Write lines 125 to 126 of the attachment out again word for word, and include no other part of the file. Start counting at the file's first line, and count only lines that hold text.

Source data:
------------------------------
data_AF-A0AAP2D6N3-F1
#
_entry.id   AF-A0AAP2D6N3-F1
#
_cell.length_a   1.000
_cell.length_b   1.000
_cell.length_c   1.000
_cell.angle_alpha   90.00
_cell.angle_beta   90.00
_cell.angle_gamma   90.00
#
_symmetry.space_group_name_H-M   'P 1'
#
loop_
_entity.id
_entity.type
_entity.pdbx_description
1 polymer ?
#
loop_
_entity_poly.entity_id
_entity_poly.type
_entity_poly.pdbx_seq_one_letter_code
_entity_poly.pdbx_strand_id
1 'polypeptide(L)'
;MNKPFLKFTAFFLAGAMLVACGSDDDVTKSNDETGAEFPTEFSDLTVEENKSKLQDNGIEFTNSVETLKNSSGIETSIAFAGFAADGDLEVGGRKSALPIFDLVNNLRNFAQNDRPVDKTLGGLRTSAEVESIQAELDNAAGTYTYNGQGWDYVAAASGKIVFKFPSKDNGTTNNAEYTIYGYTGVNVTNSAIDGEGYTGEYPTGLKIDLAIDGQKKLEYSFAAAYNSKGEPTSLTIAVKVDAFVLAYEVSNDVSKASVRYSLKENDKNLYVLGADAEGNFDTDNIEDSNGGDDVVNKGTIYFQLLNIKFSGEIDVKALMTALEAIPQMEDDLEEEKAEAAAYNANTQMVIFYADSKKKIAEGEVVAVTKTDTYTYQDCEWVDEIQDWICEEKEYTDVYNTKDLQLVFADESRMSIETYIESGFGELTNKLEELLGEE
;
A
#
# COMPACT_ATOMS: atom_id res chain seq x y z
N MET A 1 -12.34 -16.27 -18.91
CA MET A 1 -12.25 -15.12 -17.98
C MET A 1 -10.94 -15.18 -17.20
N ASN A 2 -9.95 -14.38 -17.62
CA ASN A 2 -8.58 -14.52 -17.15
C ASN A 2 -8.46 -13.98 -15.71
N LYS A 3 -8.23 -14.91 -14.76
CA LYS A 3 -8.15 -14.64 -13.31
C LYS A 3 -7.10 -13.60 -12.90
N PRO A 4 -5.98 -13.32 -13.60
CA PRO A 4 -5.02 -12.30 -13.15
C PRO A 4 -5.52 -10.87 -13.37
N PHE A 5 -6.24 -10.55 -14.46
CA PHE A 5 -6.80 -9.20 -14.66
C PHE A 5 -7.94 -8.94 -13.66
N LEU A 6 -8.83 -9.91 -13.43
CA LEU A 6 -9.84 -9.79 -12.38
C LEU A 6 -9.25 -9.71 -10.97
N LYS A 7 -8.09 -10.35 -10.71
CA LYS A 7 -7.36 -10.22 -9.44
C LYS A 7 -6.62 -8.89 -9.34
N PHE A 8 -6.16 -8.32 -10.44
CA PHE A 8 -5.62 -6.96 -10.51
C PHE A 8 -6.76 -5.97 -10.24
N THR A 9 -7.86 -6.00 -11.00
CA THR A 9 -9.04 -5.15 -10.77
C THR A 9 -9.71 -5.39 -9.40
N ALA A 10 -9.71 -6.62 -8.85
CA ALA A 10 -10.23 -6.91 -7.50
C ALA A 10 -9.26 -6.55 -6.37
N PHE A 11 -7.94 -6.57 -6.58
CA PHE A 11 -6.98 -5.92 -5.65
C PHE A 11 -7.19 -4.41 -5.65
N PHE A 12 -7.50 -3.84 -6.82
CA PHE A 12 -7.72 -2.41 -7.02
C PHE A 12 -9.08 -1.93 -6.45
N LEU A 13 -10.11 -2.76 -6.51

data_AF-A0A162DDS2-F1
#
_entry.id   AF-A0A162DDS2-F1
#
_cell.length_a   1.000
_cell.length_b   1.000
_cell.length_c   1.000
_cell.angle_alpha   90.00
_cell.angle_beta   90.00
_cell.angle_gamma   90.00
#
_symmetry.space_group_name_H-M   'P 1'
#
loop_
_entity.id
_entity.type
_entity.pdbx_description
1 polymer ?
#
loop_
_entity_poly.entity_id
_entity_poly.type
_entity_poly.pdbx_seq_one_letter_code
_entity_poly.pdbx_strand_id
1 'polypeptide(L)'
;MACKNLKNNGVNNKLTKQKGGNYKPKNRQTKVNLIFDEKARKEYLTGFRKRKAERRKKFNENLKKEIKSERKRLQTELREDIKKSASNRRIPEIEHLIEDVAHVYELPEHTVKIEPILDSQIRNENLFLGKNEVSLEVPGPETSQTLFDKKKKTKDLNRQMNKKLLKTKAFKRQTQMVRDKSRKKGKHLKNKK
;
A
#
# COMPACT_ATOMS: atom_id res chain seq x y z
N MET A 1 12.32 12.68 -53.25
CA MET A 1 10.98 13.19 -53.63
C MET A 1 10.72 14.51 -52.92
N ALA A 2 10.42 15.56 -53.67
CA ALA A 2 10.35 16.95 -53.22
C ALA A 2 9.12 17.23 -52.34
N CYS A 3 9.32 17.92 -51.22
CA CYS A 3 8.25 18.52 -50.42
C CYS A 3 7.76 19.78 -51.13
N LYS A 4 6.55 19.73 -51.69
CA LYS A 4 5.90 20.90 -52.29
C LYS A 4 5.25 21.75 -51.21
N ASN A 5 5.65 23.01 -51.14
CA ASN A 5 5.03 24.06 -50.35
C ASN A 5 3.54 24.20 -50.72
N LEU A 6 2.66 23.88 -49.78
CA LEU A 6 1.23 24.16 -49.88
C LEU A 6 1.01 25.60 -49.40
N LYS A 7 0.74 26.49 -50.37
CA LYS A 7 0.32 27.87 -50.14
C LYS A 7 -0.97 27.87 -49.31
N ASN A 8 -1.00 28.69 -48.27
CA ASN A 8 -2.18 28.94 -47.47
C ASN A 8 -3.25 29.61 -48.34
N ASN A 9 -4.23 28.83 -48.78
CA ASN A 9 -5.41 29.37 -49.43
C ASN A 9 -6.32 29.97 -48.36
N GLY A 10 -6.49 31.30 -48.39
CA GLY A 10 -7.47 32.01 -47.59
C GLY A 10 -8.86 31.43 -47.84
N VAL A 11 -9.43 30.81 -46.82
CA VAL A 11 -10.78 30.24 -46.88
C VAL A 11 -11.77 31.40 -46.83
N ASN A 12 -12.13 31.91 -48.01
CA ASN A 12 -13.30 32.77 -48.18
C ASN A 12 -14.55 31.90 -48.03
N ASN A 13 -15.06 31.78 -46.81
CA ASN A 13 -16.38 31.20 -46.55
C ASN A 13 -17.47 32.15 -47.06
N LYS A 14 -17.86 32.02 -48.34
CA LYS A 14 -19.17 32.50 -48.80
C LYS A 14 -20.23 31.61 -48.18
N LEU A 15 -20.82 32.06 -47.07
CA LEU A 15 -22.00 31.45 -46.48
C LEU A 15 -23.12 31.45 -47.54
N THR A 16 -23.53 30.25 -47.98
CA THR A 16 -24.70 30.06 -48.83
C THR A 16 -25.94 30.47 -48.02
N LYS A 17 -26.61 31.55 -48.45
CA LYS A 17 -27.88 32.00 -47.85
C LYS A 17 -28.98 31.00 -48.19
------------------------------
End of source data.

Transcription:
N GLY A 10 -6.49 31.30 -48.39
CA GLY A 10 -7.47 32.01 -47.59